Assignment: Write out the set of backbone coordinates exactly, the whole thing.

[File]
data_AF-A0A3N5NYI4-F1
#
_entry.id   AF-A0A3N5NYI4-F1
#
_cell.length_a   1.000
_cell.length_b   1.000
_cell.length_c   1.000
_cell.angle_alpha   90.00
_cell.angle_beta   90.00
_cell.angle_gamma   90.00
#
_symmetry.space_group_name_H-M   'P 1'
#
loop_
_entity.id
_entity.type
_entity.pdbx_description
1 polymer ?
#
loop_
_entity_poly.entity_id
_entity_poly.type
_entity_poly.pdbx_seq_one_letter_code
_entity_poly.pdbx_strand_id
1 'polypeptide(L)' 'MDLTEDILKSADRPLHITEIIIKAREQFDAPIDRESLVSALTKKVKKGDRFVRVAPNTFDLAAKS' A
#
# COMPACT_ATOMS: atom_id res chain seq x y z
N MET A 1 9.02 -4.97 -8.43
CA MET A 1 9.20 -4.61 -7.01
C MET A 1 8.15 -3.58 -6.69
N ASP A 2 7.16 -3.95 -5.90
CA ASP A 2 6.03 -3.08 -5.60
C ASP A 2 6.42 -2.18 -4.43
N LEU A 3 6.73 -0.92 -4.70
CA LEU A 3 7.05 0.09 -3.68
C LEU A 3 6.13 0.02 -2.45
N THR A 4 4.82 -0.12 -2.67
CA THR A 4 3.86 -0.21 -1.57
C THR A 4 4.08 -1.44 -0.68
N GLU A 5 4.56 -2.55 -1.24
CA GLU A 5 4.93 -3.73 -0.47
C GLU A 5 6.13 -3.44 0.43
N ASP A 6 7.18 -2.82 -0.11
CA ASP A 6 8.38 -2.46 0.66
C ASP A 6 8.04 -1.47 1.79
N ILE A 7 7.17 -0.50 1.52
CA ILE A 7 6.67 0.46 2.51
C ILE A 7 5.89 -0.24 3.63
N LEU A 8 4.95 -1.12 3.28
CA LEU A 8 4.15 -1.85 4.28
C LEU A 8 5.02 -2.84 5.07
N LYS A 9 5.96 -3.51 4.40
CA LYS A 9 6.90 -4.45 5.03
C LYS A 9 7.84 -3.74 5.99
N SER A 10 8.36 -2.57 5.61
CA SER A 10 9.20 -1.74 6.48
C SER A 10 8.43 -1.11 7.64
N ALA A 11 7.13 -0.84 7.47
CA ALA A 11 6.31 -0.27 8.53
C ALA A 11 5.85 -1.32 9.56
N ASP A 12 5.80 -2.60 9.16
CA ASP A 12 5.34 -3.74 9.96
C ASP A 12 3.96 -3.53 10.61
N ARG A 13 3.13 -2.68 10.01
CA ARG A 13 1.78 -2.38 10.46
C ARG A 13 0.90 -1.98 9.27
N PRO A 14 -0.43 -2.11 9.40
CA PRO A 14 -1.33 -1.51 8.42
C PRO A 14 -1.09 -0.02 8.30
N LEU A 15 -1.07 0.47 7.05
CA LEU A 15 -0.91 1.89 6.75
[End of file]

data_AF-A0A3N5NYI4-F1
#
_entry.id   AF-A0A3N5NYI4-F1
#
_cell.length_a   1.000
_cell.length_b   1.000
_cell.length_c   1.000
_cell.angle_alpha   90.00
_cell.angle_beta   90.00
_cell.angle_gamma   90.00
#
_symmetry.space_group_name_H-M   'P 1'
#
loop_
_entity.id
_entity.type
_entity.pdbx_description
1 polymer ?
#
loop_
_entity_poly.entity_id
_entity_poly.type
_entity_poly.pdbx_seq_one_letter_code
_entity_poly.pdbx_strand_id
1 'polypeptide(L)' 'MDLTEDILKSADRPLHITEIIIKAREQFDAPIDRESLVSALTKKVKKGDRFVRVAPNTFDLAAKS' A
#
# COMPACT_ATOMS: atom_id res chain seq x y z
N MET A 1 9.02 -4.97 -8.43
CA MET A 1 9.20 -4.61 -7.01
C MET A 1 8.15 -3.58 -6.69
N ASP A 2 7.16 -3.95 -5.90
CA ASP A 2 6.03 -3.08 -5.60
C ASP A 2 6.42 -2.18 -4.43
N LEU A 3 6.73 -0.92 -4.70
CA LEU A 3 7.05 0.09 -3.68
C LEU A 3 6.13 0.02 -2.45
N THR A 4 4.82 -0.12 -2.67
CA THR A 4 3.86 -0.21 -1.57
C THR A 4 4.08 -1.44 -0.68
N GLU A 5 4.56 -2.55 -1.24
CA GLU A 5 4.93 -3.73 -0.47
C GLU A 5 6.13 -3.44 0.43
N ASP A 6 7.18 -2.82 -0.11
CA ASP A 6 8.38 -2.46 0.66
C ASP A 6 8.04 -1.47 1.79
N ILE A 7 7.17 -0.50 1.52
CA ILE A 7 6.67 0.46 2.51
C ILE A 7 5.89 -0.24 3.63
N LEU A 8 4.95 -1.12 3.28
CA LEU A 8 4.15 -1.85 4.28
C LEU A 8 5.02 -2.84 5.07
N LYS A 9 5.96 -3.51 4.40
CA LYS A 9 6.90 -4.45 5.03
C LYS A 9 7.84 -3.74 5.99
N SER A 10 8.36 -2.57 5.61
CA SER A 10 9.20 -1.74 6.48
C SER A 10 8.43 -1.11 7.64
N ALA A 11 7.13 -0.84 7.47
CA ALA A 11 6.31 -0.27 8.53
C ALA A 11 5.85 -1.32 9.56
N ASP A 12 5.80 -2.60 9.16
CA ASP A 12 5.34 -3.74 9.96
C ASP A 12 3.96 -3.53 10.61
N ARG A 13 3.13 -2.68 10.01
CA ARG A 13 1.78 -2.38 10.46
C ARG A 13 0.90 -1.98 9.27
N PRO A 14 -0.43 -2.11 9.40
CA PRO A 14 -1.33 -1.51 8.42
C PRO A 14 -1.09 -0.02 8.30
N LEU A 15 -1.07 0.47 7.05
CA LEU A 15 -0.91 1.89 6.75